“Covered employers should follow the new law when advertising for positions that can or will be performed, in whole or in part, in New York City, whether from an office, in the field, or remotely from the employee’s home,” according to the city’s Commission on Human Rights. The law applies to a posting for any position that could be based in New York City, Turnbull said.
Turnbull said a “lot of companies” are trying to figure out what to do if they don’t have any people in New York City. He said the “safest course is to comply if a position can be performed in New York City.”
“The law applies to New York City residents, whether the position is based there or you are simply advertising there. This is complicated by the fact that most jobs are now posted online, where anyone could see them. If you want to be on the safe side, it’s smart to comply with the salary transparency regulations for every jurisdiction that has them,” Glennon said.
Pappas also noted that employers that hire search firms where the search firm doesn’t advertise but “cold calls” prospective job applicants might not be covered by the new law.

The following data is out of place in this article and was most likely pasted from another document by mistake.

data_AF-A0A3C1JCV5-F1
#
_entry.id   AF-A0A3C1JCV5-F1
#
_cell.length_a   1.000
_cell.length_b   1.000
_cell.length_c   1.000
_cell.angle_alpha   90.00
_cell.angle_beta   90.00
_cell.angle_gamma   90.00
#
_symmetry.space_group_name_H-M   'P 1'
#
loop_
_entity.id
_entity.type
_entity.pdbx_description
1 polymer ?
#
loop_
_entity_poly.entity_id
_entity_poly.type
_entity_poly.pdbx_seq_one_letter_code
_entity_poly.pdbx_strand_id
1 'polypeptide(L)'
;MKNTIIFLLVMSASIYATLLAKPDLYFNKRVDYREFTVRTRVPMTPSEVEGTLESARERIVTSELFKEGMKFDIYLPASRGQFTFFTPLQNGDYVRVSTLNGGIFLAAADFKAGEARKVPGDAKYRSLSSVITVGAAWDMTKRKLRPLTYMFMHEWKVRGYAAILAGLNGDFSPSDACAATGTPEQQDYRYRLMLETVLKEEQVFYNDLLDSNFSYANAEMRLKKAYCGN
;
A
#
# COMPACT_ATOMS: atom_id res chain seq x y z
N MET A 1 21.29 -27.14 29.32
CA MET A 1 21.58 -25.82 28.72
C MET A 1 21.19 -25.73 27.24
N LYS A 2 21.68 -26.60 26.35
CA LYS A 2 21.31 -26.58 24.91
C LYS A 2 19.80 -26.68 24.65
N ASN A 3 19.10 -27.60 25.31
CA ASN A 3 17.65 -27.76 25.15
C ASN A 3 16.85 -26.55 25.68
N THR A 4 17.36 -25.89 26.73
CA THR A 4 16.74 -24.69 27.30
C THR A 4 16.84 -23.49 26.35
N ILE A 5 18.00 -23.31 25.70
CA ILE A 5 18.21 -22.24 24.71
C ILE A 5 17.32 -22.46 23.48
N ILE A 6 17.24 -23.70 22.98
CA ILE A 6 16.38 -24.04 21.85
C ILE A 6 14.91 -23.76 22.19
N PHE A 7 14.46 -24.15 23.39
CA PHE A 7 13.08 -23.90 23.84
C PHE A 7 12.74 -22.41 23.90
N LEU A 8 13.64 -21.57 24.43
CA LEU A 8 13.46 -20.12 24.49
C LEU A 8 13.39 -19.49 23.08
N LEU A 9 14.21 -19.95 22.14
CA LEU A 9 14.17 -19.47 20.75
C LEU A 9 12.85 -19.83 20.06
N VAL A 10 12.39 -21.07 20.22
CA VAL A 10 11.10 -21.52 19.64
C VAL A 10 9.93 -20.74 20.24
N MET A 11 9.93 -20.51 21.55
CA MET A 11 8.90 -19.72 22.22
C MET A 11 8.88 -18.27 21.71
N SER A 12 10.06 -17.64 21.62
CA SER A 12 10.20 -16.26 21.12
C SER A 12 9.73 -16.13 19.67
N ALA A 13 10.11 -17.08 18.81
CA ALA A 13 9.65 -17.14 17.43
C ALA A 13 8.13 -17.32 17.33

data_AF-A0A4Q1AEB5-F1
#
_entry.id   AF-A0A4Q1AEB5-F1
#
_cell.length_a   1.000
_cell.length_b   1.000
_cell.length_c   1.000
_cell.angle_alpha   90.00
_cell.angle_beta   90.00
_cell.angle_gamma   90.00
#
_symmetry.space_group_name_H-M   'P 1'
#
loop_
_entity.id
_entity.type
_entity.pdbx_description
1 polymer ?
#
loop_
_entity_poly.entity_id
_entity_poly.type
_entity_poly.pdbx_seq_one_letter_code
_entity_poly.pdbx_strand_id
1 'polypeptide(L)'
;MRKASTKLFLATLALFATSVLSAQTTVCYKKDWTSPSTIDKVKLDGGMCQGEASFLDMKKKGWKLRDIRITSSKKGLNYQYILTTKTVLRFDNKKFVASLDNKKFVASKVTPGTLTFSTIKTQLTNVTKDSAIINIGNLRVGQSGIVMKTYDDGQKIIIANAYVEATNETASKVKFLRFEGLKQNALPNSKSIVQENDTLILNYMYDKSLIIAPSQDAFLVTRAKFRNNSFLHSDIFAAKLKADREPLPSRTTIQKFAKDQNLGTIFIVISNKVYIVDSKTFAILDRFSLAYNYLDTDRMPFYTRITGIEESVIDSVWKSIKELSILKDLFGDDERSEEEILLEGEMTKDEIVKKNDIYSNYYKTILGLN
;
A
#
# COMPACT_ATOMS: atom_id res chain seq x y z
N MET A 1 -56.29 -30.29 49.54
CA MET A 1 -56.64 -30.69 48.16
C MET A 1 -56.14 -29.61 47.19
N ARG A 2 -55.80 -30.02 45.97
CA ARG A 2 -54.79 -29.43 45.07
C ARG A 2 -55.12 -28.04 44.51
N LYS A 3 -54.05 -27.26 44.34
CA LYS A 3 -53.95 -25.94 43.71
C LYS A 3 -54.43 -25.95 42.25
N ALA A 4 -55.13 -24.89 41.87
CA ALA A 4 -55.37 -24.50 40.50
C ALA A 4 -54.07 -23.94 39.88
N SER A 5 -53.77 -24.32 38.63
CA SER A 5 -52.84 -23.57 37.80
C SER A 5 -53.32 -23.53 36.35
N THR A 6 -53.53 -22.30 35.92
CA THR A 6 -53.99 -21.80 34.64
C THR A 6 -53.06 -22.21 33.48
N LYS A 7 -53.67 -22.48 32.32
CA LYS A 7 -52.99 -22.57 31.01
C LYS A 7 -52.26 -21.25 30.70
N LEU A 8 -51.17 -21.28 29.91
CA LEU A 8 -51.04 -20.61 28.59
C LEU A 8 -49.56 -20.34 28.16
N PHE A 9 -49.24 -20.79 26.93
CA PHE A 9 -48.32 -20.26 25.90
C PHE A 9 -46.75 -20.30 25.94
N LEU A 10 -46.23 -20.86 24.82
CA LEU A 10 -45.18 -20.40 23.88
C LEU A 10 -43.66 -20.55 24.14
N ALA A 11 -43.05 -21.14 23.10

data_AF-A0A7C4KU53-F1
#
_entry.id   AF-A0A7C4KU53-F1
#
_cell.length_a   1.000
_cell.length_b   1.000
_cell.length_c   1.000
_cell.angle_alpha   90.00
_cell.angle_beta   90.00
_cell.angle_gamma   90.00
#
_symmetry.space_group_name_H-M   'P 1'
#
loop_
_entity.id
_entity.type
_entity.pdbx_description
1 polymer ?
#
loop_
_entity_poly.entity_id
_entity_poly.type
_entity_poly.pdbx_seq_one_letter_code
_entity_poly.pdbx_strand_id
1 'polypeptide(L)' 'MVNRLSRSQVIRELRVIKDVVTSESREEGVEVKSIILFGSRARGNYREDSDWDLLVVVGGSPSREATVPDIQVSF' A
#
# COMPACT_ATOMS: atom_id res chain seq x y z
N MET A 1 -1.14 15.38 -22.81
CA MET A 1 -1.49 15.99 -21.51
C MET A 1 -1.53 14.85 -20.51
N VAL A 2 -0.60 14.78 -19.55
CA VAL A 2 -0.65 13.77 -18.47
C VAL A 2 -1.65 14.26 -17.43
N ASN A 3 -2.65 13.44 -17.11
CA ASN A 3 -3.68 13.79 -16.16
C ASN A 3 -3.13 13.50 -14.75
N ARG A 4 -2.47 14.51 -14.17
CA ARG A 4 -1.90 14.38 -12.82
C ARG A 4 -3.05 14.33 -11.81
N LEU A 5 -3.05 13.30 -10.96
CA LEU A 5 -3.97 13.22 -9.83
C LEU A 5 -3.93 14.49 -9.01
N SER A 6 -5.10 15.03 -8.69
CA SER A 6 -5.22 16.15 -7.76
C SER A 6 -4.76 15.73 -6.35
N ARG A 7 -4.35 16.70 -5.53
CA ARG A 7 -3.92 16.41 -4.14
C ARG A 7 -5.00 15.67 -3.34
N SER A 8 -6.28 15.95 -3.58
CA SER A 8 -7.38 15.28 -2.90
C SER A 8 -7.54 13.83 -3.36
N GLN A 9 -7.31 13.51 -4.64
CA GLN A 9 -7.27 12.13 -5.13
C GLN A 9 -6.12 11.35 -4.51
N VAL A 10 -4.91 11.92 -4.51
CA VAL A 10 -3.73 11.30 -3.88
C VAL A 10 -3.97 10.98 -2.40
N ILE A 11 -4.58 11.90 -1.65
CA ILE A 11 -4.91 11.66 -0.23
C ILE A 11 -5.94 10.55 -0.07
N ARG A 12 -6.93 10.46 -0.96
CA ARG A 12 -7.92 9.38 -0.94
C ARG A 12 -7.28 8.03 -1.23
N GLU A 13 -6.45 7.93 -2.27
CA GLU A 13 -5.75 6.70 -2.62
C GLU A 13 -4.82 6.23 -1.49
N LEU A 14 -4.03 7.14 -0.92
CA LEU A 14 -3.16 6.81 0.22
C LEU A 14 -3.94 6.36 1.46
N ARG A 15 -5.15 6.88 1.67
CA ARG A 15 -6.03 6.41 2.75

Similar laws in other states
City and state legislatures have been enacting salary history bans, that forbid employers from asking about previous pay and in some instances require that employers provide pay ranges upon request, over the past several years. New York City has had a salary history question ban in place since 2017.
The newest wrinkle in the trend toward fighting race and gender-based pay differences is requiring that employers provide salary ranges in job postings. At the present time, just a few jurisdictions have such a requirement. For example, Colorado also requires pay disclosure in job postings. The Colorado law went into effect in January 2021. California and Washington state have similar laws going into effect Jan. 1, 2023.
More pay disclosure laws in job postings could be on the horizon. A number of states are reportedly considering such a requirement. New York state lawmakers approved a pay transparency bill similar to the New York City law but the state measure has not yet been sent to Gov. Kathy Hochul for signature.
Wide ranging impact
“New York City is a huge place for employment. With this remote job posting issue, companies that have people that work all over the place are much more likely to have a remote worker in New York City than they are in Colorado, so the tentacles of this law can be broader than in any other jurisdictions,” Turnbull said.